How are intelligence and dreams connected?
What distinguishes “dream rememberers”
Whether we remember or not, everyone dreams during certain phases of sleep. But why do these two types of “good and bad dream rememberers” exist? The researchers around Perrine Ruby from the Neuroscientific Research Center in Lyon have been investigating this question for some time. At the beginning of last year they were able to show that good dream reminders wake up twice as often as bad ones during sleep. In addition, they react more intensely to auditory stimuli both during sleep and when they are awake. Presumably these factors lead to the increased short waking phases. In these barely noticeable sleep interruptions, the memories of the dreamed are then stamped into the memory, the researchers explain. In their current study, Ruby and her colleagues wanted to explore in detail the brain functions that distinguish good and bad dream memories.
To answer this question, they examined the brain activity of 41 study participants while they were awake and asleep. The researchers use so-called positron emission tomography (PET), an imaging process that can show biochemical and physiological functions in the form of cross-sectional images. The test persons were assigned to the two dreamer categories through interviews: 21 good memories - they can remember an episode at night on an average of 5.2 days - and 20 bad memories, who only have a dream twice a month.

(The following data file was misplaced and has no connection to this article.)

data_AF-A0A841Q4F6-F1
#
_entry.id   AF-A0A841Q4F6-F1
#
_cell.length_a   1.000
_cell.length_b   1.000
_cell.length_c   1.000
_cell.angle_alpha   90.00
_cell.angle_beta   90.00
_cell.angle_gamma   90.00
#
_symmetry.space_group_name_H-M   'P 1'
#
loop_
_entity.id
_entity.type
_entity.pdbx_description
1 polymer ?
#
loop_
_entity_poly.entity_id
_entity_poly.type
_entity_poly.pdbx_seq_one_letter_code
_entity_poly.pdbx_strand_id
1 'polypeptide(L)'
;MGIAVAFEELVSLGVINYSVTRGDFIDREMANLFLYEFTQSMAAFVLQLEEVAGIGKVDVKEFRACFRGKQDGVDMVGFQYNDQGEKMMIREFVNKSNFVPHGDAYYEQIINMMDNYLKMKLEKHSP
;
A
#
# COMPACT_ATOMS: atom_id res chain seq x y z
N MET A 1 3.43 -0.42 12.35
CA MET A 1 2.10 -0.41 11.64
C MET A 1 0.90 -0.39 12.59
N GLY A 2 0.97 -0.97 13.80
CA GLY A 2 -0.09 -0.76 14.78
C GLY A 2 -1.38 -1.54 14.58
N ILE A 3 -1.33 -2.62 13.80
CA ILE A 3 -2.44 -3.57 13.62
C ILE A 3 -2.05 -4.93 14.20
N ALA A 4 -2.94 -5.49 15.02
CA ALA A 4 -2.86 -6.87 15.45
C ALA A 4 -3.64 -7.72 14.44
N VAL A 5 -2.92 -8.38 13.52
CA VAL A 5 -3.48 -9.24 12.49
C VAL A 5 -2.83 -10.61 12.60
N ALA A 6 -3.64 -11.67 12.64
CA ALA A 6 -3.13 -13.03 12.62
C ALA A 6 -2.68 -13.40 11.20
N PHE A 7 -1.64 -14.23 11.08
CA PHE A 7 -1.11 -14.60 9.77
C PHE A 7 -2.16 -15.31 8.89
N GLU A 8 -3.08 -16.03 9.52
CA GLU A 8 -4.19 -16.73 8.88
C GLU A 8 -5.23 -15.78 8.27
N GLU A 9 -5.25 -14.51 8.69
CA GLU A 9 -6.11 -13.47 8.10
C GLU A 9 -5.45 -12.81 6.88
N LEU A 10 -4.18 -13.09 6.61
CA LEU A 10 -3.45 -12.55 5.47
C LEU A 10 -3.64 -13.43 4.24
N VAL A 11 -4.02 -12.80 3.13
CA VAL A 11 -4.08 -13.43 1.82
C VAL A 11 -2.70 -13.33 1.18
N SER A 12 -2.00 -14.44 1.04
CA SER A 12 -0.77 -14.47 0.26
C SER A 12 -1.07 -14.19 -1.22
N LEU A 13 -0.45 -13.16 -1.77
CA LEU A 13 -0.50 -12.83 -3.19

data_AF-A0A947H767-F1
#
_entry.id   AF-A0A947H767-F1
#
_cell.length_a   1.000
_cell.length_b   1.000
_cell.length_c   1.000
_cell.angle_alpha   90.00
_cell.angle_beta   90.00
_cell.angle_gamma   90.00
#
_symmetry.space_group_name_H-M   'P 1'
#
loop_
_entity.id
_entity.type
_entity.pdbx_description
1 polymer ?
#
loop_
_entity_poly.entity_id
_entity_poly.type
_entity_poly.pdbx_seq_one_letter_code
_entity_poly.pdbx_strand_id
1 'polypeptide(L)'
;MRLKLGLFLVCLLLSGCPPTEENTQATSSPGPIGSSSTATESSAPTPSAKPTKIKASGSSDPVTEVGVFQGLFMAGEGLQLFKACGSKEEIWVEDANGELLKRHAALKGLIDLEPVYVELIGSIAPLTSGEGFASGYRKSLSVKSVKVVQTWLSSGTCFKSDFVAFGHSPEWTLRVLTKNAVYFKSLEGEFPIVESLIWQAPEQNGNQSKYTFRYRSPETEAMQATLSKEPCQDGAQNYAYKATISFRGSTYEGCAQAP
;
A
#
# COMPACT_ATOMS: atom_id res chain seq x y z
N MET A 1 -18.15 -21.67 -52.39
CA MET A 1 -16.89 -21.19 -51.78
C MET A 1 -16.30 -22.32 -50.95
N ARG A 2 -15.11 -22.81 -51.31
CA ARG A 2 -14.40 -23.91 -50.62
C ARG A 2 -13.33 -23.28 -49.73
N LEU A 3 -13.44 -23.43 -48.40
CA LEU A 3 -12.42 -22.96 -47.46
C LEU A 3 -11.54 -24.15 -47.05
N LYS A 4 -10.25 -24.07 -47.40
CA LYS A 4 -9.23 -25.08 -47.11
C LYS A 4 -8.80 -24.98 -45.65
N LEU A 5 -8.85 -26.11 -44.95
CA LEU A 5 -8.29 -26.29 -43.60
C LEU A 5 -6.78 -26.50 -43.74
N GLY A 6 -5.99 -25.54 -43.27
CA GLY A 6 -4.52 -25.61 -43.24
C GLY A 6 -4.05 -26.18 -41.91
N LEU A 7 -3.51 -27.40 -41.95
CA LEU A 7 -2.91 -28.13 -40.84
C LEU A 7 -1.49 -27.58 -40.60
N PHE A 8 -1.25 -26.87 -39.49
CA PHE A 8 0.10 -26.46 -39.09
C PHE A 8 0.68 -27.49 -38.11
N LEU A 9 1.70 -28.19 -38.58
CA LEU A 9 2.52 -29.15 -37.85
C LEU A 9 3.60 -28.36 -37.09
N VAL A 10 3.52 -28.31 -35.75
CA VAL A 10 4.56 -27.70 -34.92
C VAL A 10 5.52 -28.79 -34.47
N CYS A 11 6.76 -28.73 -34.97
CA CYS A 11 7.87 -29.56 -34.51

The peculiarity of the dreamer brains
The comparisons of the brain scans showed: In good dream rememberers, two areas of the brain were comparatively strongly active, both when awake and asleep: the medial prefrontal cortex and the temporoparietal junction. This result fits in well with the earlier study results of the researchers, because these areas of the brain are already known to play a role in the attention to external stimuli. If they are more active, they probably ensure that we react more strongly to external stimuli during sleep and that we wake up. According to the scientists, there are also reports that damage in these two brain regions means that people can no longer remember dreams well.
“Our results suggest that good and bad dream reminders differ in the frequency of imprinting phases during sleep,” the research team sums up. However, they emphasize that another factor could possibly come into play: Maybe the good rememberers actually dream more. However, further investigations will only be able to show whether this is the case.
Original work by the researchers:
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